Recently something unusual happened: I had an idea that was illustrated and published in Wired. They have a gallery of hybrid animals up, including drawings made by students in the CSU Monterey Bay Science Illustration Program, and my contribution was bioluminescent starlings. I personally think that watching a murmuration of glowing starlings flocking would be amazing. But how does bioluminescence work exactly?
Bioluminescence is light emission from a living creature. How does that happen? Remember that light is a form of energy, and if a particle undergoes a transition from one energy level to another, the difference in energy has to go somewhere and may be emitted as light. Much of the light we get from the sun comes from atomic energy level transitions that happen inside it. But the same thing can also occur in more complex chemical reactions: excess energy can be used to create a new compound, or heat up the reactants, but it may also be emitted as light. (Whether or not this happens depends on the mechanism of the chemical reactions and, as usual, on energy minimization.)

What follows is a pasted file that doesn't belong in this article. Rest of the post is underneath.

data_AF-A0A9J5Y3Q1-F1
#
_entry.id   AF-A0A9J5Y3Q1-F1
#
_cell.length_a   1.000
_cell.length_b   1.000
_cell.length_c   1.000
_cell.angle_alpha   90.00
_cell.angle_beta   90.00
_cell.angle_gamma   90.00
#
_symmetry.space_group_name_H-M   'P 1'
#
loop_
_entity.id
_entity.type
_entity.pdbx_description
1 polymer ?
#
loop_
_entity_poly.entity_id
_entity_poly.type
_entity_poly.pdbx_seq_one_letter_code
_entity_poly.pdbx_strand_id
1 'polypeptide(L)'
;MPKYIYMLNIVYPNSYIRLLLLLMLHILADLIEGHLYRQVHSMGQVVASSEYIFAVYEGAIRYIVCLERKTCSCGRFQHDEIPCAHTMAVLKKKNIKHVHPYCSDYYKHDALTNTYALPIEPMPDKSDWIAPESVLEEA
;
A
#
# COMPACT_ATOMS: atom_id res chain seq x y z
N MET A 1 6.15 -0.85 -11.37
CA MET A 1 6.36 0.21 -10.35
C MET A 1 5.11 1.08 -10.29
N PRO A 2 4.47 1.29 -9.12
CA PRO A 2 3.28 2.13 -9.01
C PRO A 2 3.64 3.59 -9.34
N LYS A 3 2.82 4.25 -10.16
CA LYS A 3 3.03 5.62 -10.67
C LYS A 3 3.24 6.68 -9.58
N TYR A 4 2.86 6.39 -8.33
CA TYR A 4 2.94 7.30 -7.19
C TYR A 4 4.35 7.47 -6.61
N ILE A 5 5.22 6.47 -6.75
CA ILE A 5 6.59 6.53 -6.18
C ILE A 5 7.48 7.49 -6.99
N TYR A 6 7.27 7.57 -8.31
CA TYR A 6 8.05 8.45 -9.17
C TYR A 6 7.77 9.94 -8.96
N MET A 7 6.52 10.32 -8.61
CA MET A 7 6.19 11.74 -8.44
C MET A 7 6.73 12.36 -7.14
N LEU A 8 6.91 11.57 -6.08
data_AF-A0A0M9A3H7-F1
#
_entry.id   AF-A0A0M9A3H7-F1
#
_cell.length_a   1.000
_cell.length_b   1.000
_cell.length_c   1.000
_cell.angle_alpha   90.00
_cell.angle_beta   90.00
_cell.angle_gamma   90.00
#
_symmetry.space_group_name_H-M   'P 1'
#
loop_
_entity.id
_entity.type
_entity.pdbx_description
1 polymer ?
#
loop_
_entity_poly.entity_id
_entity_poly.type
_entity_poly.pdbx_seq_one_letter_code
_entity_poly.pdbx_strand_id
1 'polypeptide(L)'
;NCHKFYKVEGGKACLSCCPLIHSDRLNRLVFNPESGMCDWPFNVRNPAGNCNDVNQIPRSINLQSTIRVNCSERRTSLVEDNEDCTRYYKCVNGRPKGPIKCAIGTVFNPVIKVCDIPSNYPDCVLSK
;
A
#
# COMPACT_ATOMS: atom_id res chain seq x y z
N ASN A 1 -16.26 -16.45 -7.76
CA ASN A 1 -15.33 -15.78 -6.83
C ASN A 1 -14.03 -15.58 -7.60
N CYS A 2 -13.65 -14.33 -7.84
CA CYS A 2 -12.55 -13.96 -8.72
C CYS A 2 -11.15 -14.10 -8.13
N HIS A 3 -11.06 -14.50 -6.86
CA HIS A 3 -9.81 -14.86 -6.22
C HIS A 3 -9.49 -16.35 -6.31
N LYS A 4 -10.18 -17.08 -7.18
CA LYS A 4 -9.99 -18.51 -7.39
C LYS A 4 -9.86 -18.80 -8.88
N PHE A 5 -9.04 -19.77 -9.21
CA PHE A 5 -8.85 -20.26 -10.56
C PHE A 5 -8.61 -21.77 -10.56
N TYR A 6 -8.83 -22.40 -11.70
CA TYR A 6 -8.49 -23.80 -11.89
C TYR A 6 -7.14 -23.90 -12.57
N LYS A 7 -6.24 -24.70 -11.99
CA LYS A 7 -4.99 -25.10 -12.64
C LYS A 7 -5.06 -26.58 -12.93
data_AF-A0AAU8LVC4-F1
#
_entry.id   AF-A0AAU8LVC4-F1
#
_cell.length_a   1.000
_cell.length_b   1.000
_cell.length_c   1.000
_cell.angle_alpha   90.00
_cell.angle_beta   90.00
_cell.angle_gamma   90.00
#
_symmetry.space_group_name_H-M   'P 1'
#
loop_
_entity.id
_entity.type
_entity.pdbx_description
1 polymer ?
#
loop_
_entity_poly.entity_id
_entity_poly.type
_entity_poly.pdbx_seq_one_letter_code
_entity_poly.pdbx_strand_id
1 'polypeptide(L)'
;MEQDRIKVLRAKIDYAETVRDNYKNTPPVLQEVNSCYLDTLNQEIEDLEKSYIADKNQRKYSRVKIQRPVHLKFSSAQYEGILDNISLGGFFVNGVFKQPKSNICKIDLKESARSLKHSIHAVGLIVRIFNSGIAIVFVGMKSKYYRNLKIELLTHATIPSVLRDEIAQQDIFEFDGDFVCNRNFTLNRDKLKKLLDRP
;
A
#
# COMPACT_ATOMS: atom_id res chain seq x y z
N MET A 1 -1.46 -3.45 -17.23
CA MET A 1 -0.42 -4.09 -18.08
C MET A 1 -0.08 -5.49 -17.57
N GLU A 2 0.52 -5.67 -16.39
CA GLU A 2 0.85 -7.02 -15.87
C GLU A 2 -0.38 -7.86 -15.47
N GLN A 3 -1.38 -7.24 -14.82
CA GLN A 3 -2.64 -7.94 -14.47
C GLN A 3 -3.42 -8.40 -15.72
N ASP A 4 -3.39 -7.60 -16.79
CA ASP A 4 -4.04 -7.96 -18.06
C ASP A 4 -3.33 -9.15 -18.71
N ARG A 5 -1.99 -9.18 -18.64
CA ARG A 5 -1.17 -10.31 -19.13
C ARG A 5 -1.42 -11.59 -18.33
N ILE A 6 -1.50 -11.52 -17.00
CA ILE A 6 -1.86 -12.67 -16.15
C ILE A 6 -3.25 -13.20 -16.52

So bioluminescence occurs when a chemical reaction happens, inside a living organism, that emits light. It’s actually relatively common in deep-sea creatures, who don’t have much other light around. But it’s also seen closer to shore in bioluminescent algae, and on dry land with fireflies. What these creatures have in common is that they produce luciferin, a class of pigments that can be oxidized to produce light, and luciferase, an enzyme that catalyzes the reaction. These creatures can then use the bioluminescence to communicate with other creatures, for camouflage, luring prey, or attracting mates.
Some plants show bioluminescence too, though there are many competing theories on whether they gain some evolutionary advantage from it or not. But there are also many researchers working to introduce bioluminescence into plants and animals, by adding the genes that create luciferin and luciferase, or by adjusting their expression. Self-lighting could help with imaging, but making more things bioluminescent has both a practical and an aesthetic appeal.